Take some time right now to map out your week and identify the times that you’ll focus on each priority. Your “map” can be a pretty chart or something as simple as this:
Friday & Saturday evenings
Sunday afternoon & evening
Saturday morning (after finishing schoolwork)
Make Time for What Matters
If you did the exercise above, but found it difficult to find time for each priority, it may be because some of your non-priorities are stealing your time. You need to take a good hard look at how you’re using your time and decide if it’s really important.
Can you not work on school on Wednesday evenings because that’s when your favorite show is on? Maybe you need to consider cutting out that show for the time being.
If it’s too difficult to cut out certain time-suckers, it’s important to recognize whether or not that activity is a priority. You might not be able to cut out your favorite show because that show is a priority for you. If that’s the case, that’s fine, but you should acknowledge that the show is actually a higher priority for you than school.
I know it’s difficult, but the reality is that we don’t have time for everything, so we have to decide what matters and then cut out other activities that don’t matter as much.
Related: How to Work Less and Get More Done
Know Your Deadlines
With both work and school, there are assignments. When you’re juggling too much, it can be easy to let those assignments slip out of your mind until you’re three days away from the deadline.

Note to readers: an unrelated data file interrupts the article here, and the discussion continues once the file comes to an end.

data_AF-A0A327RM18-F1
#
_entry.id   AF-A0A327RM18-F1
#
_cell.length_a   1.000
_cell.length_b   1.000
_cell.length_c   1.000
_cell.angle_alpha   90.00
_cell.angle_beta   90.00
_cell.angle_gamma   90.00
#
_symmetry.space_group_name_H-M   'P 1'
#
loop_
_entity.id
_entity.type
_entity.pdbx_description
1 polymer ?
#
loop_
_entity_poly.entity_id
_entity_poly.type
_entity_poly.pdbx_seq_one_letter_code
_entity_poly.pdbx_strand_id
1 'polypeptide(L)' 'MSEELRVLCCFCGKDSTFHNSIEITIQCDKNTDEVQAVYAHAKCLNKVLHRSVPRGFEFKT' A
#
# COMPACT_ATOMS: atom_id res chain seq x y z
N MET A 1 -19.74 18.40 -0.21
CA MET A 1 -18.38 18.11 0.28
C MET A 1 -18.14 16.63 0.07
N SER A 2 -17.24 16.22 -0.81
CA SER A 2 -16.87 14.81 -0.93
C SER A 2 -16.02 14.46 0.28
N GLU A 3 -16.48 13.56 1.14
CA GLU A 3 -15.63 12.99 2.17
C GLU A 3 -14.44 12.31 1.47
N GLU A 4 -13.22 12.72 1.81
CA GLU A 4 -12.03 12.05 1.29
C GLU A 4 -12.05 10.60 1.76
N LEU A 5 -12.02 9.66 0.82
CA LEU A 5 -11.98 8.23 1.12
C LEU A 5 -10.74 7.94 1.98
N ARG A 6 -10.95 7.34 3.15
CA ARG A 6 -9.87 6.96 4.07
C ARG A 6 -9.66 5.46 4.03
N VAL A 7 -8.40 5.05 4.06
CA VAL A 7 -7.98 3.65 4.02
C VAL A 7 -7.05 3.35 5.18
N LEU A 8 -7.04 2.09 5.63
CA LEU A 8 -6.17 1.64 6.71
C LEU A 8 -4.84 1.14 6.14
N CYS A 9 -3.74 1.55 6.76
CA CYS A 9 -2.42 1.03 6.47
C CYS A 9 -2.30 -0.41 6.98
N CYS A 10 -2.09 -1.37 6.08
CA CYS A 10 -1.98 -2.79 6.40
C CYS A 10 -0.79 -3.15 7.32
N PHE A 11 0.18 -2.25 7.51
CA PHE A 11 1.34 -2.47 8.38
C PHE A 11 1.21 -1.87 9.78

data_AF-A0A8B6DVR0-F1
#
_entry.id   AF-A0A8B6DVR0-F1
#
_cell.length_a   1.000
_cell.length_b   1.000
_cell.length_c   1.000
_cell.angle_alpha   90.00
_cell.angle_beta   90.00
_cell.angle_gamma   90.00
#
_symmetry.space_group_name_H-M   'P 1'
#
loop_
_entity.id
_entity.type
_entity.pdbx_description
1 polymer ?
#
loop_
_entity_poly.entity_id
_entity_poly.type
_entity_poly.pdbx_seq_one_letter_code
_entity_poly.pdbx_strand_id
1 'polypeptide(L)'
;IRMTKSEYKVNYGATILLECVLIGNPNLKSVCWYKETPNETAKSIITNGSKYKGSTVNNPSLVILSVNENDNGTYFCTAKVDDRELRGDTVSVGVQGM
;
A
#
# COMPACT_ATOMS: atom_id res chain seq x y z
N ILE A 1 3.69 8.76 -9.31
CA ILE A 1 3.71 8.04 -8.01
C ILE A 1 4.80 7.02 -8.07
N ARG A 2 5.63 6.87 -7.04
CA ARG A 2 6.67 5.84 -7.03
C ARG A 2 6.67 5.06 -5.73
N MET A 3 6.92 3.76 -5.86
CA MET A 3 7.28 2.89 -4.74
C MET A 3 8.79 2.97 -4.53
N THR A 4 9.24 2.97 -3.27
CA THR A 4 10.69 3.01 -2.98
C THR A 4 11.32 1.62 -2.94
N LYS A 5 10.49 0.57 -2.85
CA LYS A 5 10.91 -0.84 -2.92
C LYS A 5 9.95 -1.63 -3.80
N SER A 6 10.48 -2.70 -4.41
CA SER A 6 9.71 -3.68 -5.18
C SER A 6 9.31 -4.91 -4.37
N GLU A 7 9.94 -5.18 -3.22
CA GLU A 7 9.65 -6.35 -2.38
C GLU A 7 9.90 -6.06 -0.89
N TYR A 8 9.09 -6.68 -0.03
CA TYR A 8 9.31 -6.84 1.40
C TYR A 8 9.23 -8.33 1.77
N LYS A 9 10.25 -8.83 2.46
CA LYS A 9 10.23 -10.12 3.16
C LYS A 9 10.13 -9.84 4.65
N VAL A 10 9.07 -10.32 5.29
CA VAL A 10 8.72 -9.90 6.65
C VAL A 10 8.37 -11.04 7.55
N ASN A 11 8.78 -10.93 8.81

The best way to fail at balancing work and school is to forget about a major deadline and not remember until it’s too late.
Instead, make sure you know when everything is due by writing it down and keeping it visible. I do this with my bullet journal (which is a dotted Leuchtturm1917 that I adore), but you can also use a calendar, EverNote, whiteboard… you name it. It doesn’t matter how you keep track as long it’s something you’re going to look at often so that nothing sneaks up on you.
Break Assignments into Weekly and Then Daily Tasks
Once you know what’s coming up, it’s time break down each assignment into weekly and then daily tasks.
Let’s start with weekly. Look at each assignment and decide how far in advance you need to start. Is it a 10 page paper? You’ll probably want to start at least two weeks in advance. Is it a research project? You may need to start months in advance.
After determining when you’ll start, break down the assignment into smaller tasks and decide which week you’ll do each task. Breaking it down ensures that your plan is realistic and allows you to adjust timing at the front end, instead of freaking out at the last minute because you didn’t give yourself enough time.
Now as you get to each week, you already know everything you need to accomplish. All you need to do is decide what day you’ll accomplish it. Again, if you don’t plan something, it doesn’t happen. So plan out when you’re going to do each task, then when you get to each day, you’ll just follow the plan. Easy peasy.
One Last Note
Okay, I know it’s not easy peasy. Learning how to balance work and school is hard. It’s something I’m still getting the hang of, but setting aside time for school has definitely become a more natural part of my routine over the last month or so. The important thing is to remember your priorities and learn to balance work and school with everything else in your life. You’ve got this!